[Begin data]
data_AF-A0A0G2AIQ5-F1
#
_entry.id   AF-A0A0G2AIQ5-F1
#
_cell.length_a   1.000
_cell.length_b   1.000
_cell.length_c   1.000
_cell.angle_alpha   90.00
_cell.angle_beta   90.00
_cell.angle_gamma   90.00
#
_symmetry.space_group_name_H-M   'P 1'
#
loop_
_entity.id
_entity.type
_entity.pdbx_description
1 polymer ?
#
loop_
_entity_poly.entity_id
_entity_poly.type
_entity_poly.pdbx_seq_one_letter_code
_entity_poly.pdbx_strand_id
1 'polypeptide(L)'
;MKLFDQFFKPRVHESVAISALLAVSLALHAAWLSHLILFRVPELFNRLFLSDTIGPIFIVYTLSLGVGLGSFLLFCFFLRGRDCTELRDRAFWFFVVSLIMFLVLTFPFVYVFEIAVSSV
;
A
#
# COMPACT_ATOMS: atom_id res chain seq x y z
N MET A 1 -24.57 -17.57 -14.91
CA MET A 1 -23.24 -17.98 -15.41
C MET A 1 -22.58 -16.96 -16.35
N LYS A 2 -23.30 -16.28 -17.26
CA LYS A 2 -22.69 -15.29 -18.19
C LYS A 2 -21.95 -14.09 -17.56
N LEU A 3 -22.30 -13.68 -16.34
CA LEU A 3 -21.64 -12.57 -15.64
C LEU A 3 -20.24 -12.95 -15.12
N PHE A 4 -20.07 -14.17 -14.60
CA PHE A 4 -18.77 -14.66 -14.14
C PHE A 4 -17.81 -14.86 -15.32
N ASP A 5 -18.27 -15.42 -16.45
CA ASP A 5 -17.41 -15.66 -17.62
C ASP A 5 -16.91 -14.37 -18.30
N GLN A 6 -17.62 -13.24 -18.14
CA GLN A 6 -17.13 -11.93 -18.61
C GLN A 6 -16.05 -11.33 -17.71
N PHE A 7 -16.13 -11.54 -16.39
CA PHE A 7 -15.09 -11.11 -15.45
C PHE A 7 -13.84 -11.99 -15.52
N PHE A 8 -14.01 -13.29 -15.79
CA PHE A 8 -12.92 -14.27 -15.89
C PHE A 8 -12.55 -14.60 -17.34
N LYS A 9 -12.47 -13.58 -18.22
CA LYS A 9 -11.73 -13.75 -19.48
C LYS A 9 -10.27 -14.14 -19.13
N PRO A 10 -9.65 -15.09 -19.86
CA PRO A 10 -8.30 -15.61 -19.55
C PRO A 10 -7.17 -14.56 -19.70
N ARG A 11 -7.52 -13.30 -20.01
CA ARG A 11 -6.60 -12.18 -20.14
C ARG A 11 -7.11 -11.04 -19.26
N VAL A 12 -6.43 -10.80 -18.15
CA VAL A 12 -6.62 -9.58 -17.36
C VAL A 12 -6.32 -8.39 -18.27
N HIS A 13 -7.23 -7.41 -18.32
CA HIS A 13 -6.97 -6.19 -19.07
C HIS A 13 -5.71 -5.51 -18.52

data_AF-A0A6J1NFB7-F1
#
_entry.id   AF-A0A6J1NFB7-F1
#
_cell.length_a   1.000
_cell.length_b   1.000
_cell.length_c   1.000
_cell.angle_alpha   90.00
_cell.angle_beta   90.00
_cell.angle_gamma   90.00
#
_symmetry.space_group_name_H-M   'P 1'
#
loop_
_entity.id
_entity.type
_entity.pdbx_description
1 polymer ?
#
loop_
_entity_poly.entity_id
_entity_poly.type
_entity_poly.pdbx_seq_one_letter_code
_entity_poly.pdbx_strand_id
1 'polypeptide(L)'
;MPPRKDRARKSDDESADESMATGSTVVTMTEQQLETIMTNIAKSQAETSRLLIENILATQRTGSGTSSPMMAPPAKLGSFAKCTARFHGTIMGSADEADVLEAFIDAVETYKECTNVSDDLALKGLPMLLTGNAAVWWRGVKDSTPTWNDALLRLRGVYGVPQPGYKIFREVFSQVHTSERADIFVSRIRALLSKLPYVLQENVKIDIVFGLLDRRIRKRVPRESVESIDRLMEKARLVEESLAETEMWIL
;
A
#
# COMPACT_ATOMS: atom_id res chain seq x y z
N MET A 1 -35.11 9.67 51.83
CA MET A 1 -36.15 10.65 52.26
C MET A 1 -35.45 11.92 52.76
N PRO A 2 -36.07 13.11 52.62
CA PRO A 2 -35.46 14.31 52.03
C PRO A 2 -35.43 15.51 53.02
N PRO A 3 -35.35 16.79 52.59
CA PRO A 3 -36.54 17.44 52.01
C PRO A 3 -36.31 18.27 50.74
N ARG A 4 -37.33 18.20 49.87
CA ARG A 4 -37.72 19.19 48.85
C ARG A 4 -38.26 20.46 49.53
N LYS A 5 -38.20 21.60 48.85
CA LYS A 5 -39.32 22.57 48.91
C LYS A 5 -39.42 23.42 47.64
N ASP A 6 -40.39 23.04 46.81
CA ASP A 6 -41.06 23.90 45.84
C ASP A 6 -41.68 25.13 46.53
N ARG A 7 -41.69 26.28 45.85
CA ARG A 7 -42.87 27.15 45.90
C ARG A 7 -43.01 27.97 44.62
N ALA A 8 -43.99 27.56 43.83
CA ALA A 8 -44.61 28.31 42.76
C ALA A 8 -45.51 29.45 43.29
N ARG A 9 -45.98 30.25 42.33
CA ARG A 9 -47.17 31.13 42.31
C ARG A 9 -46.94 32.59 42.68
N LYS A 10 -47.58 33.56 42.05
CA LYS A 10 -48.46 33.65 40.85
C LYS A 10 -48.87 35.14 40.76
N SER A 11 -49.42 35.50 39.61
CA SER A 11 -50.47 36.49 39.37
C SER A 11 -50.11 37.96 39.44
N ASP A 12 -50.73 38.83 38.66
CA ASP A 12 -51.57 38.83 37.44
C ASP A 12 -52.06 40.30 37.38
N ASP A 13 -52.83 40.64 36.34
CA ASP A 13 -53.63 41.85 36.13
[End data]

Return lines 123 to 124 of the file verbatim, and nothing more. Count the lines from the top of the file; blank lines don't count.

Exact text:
C ALA A 8 -45.51 29.45 43.29
N ARG A 9 -45.98 30.25 42.33